On the eve of the Second World War, the Royal Netherlands Navy was divided into two forces with very different missions. The fleet in home waters (apart from ships under construction or refit) consisted largely of mine warfare ships, torpedo boats, gunboats and miscellaneous patrol vessels, the old coast defense battleships having been decommissioned or converted for other purposes. The Navy's main strength was deployed in the Dutch East Indies (modern Indonesia), consisting at any given time of two light cruisers, a destroyer flotilla and a strong force of submarines. It had long been recognized that the main threat to the Dutch colonial possessions in the East Indies was posed by Japan, and that a Japanese attack would most likely occur in the context of a larger war. The mission of the East Indies Squadron was, therefore, to delay a Japanese advance until allied (British and US) assistance could arrive. In the course of the 1930s, as the Japanese Navy began to commission large, modern 8-inch gunned heavy cruisers, the Dutch planned a reply in the form of a pair of battlecruisers or large cruisers armed with 11-inch guns. The projected design was somewhat similar to that of Germany's "Scharnhorst"-class battlecruisers and in fact the main armament gun mounts were ordered from Krupp, but the outbreak of war in 1939 put an end to the project.

War came to the Dutch homeland in May 1940 and to the Dutch East Indies in December 1941. The results in both cases were calamitous for the Royal Netherlands Navy. With the exception of a handful of ships that escaped to Britain, all Dutch warships in home waters were sunk, scuttled or captured by the invading Germans. In the Dutch East Indies US, British and Australian help arrived as expected, but the Allied fleet met disaster in the Battle of the Java Sea (27-28 February 1942). On the first day of battle both Dutch cruisers (Java and De Ruyter) were torpedoed and sunk, the British cruiser Exeter was damaged by gunfire (and was later sunk by bombing) and several Allied destroyers were also lost. The US cruiser Houston and the Australian cruiser Perth were sunk the next day. This overwhelming defeat cleared the way for the Japanese conquest of the Dutch East Indies.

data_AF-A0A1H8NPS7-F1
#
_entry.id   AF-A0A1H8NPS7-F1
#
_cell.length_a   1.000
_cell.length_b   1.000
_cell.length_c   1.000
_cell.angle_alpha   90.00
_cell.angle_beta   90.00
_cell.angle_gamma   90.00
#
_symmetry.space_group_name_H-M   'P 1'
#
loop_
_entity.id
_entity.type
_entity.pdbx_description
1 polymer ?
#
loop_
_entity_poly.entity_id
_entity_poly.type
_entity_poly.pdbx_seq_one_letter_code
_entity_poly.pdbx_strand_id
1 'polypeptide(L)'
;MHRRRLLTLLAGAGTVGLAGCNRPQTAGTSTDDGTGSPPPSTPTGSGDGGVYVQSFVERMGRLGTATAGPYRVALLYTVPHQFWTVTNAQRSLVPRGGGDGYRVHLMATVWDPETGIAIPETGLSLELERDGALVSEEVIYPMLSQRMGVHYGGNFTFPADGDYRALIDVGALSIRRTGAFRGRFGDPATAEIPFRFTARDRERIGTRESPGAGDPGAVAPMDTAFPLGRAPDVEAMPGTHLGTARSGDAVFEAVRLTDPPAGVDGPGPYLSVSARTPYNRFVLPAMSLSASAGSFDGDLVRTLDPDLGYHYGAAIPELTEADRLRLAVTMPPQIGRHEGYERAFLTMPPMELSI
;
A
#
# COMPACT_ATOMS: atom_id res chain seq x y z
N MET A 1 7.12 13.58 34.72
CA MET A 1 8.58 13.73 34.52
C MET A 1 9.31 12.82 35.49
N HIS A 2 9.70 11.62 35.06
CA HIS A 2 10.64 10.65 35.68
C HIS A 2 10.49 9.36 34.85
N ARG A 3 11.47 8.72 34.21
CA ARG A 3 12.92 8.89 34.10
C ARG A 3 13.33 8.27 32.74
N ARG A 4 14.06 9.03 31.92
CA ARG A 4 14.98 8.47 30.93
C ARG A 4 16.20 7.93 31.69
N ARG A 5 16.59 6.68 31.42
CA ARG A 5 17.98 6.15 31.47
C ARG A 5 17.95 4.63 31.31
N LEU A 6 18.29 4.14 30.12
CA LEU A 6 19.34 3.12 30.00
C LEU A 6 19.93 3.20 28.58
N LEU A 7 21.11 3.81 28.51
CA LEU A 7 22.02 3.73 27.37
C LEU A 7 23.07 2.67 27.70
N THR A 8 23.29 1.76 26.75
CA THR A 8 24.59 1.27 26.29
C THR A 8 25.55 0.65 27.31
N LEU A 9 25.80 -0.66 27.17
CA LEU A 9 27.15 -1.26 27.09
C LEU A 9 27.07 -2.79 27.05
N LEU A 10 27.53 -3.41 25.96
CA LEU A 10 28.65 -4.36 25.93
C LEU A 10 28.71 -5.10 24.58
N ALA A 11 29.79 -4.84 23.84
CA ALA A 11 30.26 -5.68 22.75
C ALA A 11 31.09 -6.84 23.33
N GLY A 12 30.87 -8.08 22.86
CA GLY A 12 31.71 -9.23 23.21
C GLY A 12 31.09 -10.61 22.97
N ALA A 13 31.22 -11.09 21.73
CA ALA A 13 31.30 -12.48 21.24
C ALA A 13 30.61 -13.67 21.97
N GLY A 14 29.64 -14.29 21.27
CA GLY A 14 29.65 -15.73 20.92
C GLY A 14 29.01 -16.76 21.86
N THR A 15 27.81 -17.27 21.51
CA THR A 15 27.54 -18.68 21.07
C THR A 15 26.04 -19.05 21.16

The few Dutch warships that escaped from the Germans and Japanese sailed to Allied ports, and many continued the struggle. Prominent among them were the flotilla leaders Tromp and Jacob van Heemskerck. The former, commissioned in 1938, was with the East Indies Squadron in December 1941. Damaged in action with Japanese destroyers on 20 February 1942, she was sent to Australia for repairs. Tromp subsequently served in the Far East until the end of the war. Her sister ship, Jacob van Heemskerck, was nearing completion in the Netherlands in May 1940. Hastily commissioned by her executive officer, she was sailed to Britain, eventually being refitted as an antiaircraft cruiser and serving with distinction in Far Eastern waters. The surviving Dutch warships were supplemented by transfers from Britain and the US, enabling the Royal Netherlands Navy to play its part in the defeat of the Axis.

The ensign, jack and rank flags used by the Royal Netherlands Navy during the Second World War were similar to those in use today, except for the orientation of the stars on the rank flags. Bevelhebber van een eskader (commodore) was not a rank but rather an appointment. The government minister responsible for naval affairs had a distinctive flag that was hoisted by any ship on which he was embarked.

Flag Proportions: The Netherlands naval ensign and jack were (and are) made in 2:3 proportions. Rank flags were square.












FLEET ADMIRAL  •  Admiraal van de vloot


LIEUTENANT-ADMIRAL  •  Luitenant-Admiraal


VICE-ADMIRAL  •  Vice-Admiraal


REAR-ADMIRAL  •  Schout-bij-nacht


Bevelhebber van een eskader





The flotilla leader HNLMS Tromp entering Freemantle (Australia) harbor in early 1945. Wartime modifications included a revised bridge, radar, additional light antiaircraft guns and British torpedo tubes in place of the original Dutch installation. However, she retains her original main armament of six 5.9-inch guns in three twin turrets. The ship is finished in standard Royal Navy two-tone gray. During the war Tromp, which served mainly with the RN, was assigned the pendant number D28 and in this photo she is shown making her number with a signal flag hoist—standard practice when entering harbor.